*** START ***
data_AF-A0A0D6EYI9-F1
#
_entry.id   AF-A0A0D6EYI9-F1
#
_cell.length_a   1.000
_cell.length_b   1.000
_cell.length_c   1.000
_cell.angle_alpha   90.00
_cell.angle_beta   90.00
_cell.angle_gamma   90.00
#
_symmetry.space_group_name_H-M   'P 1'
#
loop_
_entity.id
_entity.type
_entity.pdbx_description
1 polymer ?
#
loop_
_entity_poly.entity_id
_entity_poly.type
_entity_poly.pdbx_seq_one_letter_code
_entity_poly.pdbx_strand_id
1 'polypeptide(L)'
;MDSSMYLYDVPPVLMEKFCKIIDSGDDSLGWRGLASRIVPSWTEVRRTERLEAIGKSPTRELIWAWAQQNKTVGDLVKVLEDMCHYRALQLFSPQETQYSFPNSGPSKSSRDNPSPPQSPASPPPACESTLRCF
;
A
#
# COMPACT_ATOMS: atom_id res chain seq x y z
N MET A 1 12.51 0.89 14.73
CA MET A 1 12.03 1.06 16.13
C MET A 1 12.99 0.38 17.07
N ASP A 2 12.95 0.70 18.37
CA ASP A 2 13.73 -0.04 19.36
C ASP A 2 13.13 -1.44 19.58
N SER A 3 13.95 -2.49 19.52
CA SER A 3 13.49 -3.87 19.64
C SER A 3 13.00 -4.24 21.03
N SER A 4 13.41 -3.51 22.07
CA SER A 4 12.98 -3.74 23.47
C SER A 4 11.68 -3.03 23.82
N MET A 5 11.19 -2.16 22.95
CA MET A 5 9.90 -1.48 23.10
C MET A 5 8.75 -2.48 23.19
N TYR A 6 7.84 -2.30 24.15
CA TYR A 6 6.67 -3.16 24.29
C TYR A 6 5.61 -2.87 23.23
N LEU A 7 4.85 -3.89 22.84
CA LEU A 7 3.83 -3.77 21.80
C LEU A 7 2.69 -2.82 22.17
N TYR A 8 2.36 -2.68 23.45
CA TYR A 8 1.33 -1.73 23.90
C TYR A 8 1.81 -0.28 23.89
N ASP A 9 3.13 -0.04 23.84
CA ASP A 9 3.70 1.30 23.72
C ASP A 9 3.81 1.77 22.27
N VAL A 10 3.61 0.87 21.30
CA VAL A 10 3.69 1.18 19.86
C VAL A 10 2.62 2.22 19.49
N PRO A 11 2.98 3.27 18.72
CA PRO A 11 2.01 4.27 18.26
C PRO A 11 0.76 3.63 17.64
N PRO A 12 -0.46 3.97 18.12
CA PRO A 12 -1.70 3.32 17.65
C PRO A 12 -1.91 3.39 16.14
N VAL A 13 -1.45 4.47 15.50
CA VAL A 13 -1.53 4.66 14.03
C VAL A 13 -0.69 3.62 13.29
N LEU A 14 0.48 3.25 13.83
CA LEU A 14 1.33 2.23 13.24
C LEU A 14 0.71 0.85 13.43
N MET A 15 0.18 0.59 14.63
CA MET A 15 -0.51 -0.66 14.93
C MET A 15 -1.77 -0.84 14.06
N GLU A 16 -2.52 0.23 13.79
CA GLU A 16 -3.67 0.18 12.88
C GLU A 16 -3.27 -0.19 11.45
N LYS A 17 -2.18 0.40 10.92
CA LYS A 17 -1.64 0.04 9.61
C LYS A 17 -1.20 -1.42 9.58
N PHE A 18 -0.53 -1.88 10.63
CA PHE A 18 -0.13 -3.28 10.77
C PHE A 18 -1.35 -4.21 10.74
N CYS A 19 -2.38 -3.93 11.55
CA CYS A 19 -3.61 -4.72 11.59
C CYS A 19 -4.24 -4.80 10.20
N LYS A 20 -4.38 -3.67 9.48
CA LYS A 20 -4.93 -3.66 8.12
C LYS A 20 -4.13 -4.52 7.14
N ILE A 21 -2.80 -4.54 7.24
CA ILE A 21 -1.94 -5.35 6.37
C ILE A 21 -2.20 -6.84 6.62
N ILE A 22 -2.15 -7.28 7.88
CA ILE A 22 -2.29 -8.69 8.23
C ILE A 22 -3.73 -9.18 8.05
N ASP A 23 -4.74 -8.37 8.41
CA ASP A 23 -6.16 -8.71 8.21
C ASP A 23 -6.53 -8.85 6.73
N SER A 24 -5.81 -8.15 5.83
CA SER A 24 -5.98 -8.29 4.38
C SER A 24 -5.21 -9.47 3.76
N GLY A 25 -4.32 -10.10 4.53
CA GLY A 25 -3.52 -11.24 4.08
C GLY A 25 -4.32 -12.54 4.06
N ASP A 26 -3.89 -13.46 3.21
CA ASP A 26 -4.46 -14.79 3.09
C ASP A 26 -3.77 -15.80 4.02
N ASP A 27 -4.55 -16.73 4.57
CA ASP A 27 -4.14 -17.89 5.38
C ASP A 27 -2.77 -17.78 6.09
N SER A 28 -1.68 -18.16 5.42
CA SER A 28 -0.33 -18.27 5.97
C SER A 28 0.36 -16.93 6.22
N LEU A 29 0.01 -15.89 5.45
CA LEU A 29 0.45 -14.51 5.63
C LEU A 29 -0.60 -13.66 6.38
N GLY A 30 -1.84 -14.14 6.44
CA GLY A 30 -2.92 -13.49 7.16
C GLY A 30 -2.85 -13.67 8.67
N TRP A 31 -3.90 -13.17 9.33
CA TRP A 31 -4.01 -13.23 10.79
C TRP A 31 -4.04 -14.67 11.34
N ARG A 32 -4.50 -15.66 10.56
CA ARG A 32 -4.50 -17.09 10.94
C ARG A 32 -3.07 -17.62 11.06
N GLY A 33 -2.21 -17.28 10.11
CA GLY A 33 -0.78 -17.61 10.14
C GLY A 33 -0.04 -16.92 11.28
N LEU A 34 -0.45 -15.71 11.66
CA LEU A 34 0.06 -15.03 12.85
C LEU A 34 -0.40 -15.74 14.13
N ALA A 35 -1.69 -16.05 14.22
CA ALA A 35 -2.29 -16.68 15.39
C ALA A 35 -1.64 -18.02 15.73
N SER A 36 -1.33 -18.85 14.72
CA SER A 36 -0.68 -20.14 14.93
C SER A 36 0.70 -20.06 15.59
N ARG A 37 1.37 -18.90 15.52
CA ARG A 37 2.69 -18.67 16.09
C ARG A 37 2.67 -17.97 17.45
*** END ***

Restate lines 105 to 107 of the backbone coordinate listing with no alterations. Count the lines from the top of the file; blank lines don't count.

C GLY A 25 -4.32 -12.54 4.06
N ASP A 26 -3.89 -13.46 3.21
CA ASP A 26 -4.46 -14.79 3.09